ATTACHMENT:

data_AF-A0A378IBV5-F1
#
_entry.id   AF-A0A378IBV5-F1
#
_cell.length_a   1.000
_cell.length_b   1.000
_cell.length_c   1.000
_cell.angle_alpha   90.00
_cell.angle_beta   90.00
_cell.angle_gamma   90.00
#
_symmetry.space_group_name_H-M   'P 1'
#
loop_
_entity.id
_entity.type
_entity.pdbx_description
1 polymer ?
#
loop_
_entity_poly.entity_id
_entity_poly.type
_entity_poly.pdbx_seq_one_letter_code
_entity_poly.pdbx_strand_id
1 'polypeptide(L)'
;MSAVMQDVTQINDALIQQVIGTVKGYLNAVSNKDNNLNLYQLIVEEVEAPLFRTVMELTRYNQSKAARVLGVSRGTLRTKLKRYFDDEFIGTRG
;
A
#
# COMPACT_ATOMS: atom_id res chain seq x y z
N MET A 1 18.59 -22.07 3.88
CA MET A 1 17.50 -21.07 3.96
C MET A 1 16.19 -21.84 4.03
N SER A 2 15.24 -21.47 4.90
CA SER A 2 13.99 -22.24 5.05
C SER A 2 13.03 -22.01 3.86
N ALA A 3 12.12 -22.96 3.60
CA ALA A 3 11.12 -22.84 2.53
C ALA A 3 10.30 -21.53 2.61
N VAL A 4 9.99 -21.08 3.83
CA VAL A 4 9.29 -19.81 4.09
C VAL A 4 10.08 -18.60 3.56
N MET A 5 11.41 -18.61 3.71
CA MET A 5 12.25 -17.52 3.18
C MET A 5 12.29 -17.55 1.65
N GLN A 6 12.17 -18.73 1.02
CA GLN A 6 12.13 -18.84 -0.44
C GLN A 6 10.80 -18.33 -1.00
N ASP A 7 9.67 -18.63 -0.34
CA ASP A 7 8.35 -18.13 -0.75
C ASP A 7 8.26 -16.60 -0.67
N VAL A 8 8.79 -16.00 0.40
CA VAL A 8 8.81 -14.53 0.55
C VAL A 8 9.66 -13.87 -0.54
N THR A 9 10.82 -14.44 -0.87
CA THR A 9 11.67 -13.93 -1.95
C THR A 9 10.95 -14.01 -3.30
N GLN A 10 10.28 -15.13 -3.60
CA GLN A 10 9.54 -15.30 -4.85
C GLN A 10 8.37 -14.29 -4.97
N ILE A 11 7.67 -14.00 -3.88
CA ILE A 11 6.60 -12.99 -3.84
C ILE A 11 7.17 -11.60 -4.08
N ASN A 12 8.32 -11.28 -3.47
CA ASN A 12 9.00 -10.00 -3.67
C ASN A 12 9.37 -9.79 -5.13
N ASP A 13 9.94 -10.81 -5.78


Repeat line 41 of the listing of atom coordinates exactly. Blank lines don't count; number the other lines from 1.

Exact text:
CA VAL A 4 9.29 -19.81 4.09